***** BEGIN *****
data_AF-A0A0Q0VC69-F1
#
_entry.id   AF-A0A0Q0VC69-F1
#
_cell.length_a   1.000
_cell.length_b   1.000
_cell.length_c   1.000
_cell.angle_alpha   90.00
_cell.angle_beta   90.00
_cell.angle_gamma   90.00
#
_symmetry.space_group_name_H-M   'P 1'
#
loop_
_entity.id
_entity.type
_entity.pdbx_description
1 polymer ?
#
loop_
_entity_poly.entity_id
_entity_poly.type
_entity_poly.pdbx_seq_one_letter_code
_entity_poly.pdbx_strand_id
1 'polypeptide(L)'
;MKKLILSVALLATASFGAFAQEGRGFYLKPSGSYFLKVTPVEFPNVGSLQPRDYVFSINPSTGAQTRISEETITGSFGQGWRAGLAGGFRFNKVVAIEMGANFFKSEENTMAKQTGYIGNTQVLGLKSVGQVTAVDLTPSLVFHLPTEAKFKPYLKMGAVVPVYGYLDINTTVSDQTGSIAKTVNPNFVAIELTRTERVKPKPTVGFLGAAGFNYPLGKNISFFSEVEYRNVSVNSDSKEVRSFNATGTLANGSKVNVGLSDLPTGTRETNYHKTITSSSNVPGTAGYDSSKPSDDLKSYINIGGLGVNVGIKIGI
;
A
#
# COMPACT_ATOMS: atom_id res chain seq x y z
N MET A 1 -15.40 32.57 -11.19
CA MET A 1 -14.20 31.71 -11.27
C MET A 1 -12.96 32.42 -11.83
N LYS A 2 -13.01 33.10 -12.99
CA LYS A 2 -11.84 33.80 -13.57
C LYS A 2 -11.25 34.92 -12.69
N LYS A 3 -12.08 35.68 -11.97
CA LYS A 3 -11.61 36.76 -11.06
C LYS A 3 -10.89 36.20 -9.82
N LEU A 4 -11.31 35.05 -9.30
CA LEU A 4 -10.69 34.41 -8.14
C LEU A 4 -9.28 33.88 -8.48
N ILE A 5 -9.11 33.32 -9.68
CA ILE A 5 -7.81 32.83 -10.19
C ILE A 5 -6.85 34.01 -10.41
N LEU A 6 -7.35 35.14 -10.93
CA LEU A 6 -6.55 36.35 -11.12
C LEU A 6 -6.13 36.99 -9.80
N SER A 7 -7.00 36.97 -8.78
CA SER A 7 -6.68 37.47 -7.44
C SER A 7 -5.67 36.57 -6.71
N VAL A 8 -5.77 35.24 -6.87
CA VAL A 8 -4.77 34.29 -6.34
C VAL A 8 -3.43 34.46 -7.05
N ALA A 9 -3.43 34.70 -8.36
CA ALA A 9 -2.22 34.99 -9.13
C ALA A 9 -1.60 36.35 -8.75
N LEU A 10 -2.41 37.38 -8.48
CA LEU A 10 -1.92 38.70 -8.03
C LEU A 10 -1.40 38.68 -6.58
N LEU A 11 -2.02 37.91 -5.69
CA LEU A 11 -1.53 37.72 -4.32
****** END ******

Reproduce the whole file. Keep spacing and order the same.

data_AF-A0A0Q0VC69-F1
#
_entry.id   AF-A0A0Q0VC69-F1
#
_cell.length_a   1.000
_cell.length_b   1.000
_cell.length_c   1.000
_cell.angle_alpha   90.00
_cell.angle_beta   90.00
_cell.angle_gamma   90.00
#
_symmetry.space_group_name_H-M   'P 1'
#
loop_
_entity.id
_entity.type
_entity.pdbx_description
1 polymer ?
#
loop_
_entity_poly.entity_id
_entity_poly.type
_entity_poly.pdbx_seq_one_letter_code
_entity_poly.pdbx_strand_id
1 'polypeptide(L)'
;MKKLILSVALLATASFGAFAQEGRGFYLKPSGSYFLKVTPVEFPNVGSLQPRDYVFSINPSTGAQTRISEETITGSFGQGWRAGLAGGFRFNKVVAIEMGANFFKSEENTMAKQTGYIGNTQVLGLKSVGQVTAVDLTPSLVFHLPTEAKFKPYLKMGAVVPVYGYLDINTTVSDQTGSIAKTVNPNFVAIELTRTERVKPKPTVGFLGAAGFNYPLGKNISFFSEVEYRNVSVNSDSKEVRSFNATGTLANGSKVNVGLSDLPTGTRETNYHKTITSSSNVPGTAGYDSSKPSDDLKSYINIGGLGVNVGIKIGI
;
A
#
# COMPACT_ATOMS: atom_id res chain seq x y z
N MET A 1 -15.40 32.57 -11.19
CA MET A 1 -14.20 31.71 -11.27
C MET A 1 -12.96 32.42 -11.83
N LYS A 2 -13.01 33.10 -12.99
CA LYS A 2 -11.84 33.80 -13.57
C LYS A 2 -11.25 34.92 -12.69
N LYS A 3 -12.08 35.68 -11.97
CA LYS A 3 -11.61 36.76 -11.06
C LYS A 3 -10.89 36.20 -9.82
N LEU A 4 -11.31 35.05 -9.30
CA LEU A 4 -10.69 34.41 -8.14
C LEU A 4 -9.28 33.88 -8.48
N ILE A 5 -9.11 33.32 -9.68
CA ILE A 5 -7.81 32.83 -10.19
C ILE A 5 -6.85 34.01 -10.41
N LEU A 6 -7.35 35.14 -10.93
CA LEU A 6 -6.55 36.35 -11.12
C LEU A 6 -6.13 36.99 -9.80
N SER A 7 -7.00 36.97 -8.78
CA SER A 7 -6.68 37.47 -7.44
C SER A 7 -5.67 36.57 -6.71
N VAL A 8 -5.77 35.24 -6.87
CA VAL A 8 -4.77 34.29 -6.34
C VAL A 8 -3.43 34.46 -7.05
N ALA A 9 -3.43 34.70 -8.36
CA ALA A 9 -2.22 34.99 -9.13
C ALA A 9 -1.60 36.35 -8.75
N LEU A 10 -2.41 37.38 -8.48
CA LEU A 10 -1.92 38.70 -8.03
C LEU A 10 -1.40 38.68 -6.58
N LEU A 11 -2.02 37.91 -5.69
CA LEU A 11 -1.53 37.72 -4.32